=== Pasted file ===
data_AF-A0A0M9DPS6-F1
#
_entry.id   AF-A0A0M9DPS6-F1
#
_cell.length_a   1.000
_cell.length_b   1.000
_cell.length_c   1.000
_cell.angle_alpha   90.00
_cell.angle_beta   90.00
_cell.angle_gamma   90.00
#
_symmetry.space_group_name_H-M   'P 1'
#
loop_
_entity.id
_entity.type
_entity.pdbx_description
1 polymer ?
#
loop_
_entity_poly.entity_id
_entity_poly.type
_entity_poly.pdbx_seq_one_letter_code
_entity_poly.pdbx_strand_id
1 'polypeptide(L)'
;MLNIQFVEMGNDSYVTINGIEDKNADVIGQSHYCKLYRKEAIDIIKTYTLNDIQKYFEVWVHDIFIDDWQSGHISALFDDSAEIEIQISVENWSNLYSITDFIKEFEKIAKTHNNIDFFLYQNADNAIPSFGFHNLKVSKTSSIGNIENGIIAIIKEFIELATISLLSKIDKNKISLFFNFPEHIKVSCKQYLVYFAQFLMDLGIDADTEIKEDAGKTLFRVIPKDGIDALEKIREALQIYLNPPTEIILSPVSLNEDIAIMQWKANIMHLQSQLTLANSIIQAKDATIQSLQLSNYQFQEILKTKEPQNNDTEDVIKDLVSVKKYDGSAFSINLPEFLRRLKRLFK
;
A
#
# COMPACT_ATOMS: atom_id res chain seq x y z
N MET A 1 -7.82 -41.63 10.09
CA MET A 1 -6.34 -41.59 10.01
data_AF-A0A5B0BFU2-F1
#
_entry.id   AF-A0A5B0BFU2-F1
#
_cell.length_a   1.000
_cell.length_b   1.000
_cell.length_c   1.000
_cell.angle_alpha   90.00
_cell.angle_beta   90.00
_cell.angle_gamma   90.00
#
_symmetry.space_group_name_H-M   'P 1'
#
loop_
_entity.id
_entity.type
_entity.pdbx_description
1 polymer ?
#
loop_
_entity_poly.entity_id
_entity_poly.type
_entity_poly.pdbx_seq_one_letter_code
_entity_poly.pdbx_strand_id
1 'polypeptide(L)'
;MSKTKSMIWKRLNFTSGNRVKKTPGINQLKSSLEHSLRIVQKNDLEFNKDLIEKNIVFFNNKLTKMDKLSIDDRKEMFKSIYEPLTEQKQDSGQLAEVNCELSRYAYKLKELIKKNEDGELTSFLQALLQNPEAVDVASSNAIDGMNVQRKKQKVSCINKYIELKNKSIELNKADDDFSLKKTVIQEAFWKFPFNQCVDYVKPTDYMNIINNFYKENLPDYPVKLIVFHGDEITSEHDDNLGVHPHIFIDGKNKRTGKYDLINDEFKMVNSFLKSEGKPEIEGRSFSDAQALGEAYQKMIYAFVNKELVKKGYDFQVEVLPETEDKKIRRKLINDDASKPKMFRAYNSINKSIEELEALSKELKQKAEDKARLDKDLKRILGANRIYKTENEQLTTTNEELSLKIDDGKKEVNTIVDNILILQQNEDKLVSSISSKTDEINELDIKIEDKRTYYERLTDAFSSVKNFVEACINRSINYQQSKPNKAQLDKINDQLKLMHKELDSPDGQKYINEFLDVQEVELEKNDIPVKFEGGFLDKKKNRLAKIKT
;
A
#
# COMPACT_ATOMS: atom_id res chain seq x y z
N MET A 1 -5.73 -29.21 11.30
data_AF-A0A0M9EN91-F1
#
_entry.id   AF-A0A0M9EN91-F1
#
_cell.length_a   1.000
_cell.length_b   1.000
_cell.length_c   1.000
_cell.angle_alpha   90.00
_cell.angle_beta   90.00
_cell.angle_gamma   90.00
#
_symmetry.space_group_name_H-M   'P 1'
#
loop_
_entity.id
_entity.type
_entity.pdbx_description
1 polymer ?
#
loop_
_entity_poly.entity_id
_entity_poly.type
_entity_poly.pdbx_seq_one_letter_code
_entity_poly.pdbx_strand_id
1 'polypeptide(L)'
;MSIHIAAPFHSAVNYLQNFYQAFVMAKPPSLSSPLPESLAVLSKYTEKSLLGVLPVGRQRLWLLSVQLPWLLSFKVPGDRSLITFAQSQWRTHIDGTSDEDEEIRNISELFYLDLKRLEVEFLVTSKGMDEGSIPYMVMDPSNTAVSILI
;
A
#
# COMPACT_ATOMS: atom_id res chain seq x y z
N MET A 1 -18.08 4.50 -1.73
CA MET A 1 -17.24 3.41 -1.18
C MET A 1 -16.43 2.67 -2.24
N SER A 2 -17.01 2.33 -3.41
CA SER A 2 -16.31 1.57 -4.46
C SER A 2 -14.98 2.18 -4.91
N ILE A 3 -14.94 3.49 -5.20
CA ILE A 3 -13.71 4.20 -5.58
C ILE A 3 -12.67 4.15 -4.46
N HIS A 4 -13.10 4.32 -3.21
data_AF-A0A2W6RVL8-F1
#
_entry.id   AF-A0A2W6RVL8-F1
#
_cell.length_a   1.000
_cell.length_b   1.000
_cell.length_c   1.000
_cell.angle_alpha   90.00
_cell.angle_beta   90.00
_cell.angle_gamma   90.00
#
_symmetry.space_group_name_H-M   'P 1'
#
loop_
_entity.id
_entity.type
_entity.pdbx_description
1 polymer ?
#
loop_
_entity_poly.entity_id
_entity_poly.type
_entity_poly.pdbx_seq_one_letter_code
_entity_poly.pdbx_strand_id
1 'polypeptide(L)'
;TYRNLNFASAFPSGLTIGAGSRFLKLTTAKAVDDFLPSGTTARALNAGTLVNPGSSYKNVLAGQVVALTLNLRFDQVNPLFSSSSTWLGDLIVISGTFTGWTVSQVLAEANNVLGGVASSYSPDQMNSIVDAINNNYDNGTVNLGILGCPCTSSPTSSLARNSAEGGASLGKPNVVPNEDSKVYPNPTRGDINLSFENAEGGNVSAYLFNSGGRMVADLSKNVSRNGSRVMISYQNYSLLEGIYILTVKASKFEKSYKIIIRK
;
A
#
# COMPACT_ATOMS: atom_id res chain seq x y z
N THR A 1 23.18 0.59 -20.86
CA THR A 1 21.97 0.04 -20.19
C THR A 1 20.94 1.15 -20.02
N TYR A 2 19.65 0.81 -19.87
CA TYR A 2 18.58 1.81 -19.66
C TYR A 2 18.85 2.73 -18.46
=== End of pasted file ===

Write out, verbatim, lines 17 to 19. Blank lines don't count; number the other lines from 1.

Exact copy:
_entity.pdbx_description
1 polymer ?
#